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Anthony Bourdain's visit to Takashi seems to have made a decent impact on this Japanese and Korean grilling restaurant.  Takashi specializes in grilling meats of the offal kind. This literally no reservations restaurant has an average wait of 2 hours for dinner plus they ran out of the one dish I had my heart set on - the raw beef with uni (niku uni)

A couple small dishes ("panchan") are set on the table to start off the meal: kimchee, marinated beansprouts, and cabbage with a miso-vinegar type dressing.  Its not like other Korean restaurants that serve unlimited panchan dishes - this one costs $2 to refill.

Gorgeously presented, the yokke is made of raw beef, sesame seeds, seaweed and then mixed tableside with a raw quail egg.  An Asian take on beef tartare.  Really more pleasing to the eye, than anything exciting on the palate.  The meat was fresh, but had a couple chewy, stringy pieces.

All mixed up.

Its been a little over a year since my fois rampage (see post HERE) so I was a little excited to see a fois burger on the menu.  Unexpected.  It was more of a small patty in a tiny cast iron pan with a quail egg.  The chocolate sauce was not as weird as I thought it would be, but it was definitely chocolatey.  Somehow the sweetness of the chocolate sauce worked with the sweetness of the fois.  The quail egg, on the other hand, was a little misplaced and straddled the line of too cooked to be runny and to runny to be cooked so it ended up just sticking to the pan.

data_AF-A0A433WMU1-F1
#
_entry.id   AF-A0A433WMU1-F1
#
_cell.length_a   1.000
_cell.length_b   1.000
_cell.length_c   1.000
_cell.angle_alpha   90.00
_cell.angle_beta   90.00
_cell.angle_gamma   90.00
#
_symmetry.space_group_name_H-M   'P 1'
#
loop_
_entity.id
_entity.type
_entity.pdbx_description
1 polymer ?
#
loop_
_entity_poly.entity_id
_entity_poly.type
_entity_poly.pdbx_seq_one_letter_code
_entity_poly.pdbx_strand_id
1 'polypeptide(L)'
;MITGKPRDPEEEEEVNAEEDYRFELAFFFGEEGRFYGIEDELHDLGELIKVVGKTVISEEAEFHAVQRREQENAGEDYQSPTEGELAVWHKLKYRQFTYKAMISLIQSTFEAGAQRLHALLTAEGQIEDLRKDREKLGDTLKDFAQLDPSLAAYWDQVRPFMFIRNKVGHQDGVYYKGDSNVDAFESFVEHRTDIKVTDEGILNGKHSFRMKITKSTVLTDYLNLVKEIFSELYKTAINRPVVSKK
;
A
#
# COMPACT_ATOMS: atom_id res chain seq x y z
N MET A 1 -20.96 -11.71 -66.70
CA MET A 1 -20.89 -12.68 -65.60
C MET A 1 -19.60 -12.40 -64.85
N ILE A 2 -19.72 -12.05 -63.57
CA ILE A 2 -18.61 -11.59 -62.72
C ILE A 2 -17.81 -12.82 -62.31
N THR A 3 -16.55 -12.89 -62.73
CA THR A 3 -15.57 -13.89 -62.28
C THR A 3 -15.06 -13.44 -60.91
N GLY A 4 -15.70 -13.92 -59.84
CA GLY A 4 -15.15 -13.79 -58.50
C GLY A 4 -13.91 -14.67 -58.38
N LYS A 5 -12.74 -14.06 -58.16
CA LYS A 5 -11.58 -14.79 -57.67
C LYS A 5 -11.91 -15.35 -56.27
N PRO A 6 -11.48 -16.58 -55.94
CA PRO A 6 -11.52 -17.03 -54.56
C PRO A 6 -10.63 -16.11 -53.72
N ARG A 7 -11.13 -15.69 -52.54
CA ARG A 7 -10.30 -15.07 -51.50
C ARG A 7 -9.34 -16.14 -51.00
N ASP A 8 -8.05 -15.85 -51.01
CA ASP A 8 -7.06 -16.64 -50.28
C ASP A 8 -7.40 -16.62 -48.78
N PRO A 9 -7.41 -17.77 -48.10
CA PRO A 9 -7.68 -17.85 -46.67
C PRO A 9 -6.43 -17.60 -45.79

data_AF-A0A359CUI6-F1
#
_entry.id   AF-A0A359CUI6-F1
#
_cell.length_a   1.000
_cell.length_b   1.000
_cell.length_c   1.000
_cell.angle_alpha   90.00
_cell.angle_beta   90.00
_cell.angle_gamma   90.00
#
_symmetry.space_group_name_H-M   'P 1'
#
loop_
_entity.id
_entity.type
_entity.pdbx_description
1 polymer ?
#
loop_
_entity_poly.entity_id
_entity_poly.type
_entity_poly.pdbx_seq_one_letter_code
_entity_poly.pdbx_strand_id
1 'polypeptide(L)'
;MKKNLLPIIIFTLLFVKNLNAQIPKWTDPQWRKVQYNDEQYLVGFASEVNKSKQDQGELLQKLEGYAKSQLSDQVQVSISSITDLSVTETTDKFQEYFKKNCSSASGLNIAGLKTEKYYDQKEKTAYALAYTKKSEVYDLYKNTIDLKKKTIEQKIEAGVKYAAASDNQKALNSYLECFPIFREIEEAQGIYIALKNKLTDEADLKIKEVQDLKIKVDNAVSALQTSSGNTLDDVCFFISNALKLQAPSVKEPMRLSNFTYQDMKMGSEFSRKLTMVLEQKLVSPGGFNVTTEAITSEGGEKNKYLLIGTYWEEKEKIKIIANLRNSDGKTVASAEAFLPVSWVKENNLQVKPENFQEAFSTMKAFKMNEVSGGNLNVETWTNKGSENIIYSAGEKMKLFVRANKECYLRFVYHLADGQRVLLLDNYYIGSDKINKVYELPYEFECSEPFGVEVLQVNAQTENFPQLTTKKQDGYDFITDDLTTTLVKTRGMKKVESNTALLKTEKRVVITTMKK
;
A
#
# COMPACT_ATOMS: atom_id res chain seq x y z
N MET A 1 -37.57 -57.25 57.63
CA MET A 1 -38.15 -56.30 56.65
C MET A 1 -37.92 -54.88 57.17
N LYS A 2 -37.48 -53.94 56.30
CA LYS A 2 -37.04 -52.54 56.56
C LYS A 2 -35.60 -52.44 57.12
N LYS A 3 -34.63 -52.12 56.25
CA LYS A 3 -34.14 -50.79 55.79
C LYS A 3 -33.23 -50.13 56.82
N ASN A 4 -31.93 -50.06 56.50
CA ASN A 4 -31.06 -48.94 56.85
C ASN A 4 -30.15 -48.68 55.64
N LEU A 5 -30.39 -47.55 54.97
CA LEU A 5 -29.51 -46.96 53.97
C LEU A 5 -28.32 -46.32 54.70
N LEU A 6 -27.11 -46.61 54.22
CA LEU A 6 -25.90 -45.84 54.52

A dipping sauce of sesame seeds and some sesame oil are provided for dipping your freshly grilled meats into.  I found that my meats were well seasoned enough and I didn't need any.

Takashi has a several "tasting" meat platters so its hard to pick which one to go with - tongue tasting, stomach, etc.  I couldn't decide so I went with the Chef's selection mixed platter (Horumon-Moriawase) that had a little bit of everything: first stomach, liver, sweetbreads, large intestine, and second stomach.  The meat quality was decent, but nothing spectacular.  Each piece was distinctly different in taste and texture with sweetbreads being my obvious favorite.  Am I weird to think it was kinda fun to try two of the four cow stomachs.

Bakudan is the Korean take on rice balls.  They are balls of rice sprinkled with sesame seeds then lightly wrapped with seaweed.  The rice was not toasted or grilled, but soft.  Didn't particularly love this dish, but with a dinner full of meats it was nice to have some starches to change it up.

Portions here are very small so in a last attempt to fill my tummy, I had to order another meat dish.  The ribeye (rosu) was the largest piece of meat from the whole dinner.  The servers suggest a 2 minute grilling time, but I found that taking it off the grill a little earlier gave it the more medium rare touch that I like.

The meal ends with a cup of barley tea, which is traditionally Korean.  The tea is earthy and strong, but soothing.

It made me laugh a little when the check was presented with pieces of gum, which is common when eating out at Korean restaurants, but I was surprised to see an acclaimed expensive restaurant provide Wrigley's gum. 

Address:                    Takashi
                                   456 Hudson St.
                                   New York NY 
Type:                          Japanese/Korean

Popular chomps:        kalbi
                                    niku uni
                                    shabu shabu
                                    fois gras kobe beef burger

Chomp worthy:           fois gras kobe beef burger   

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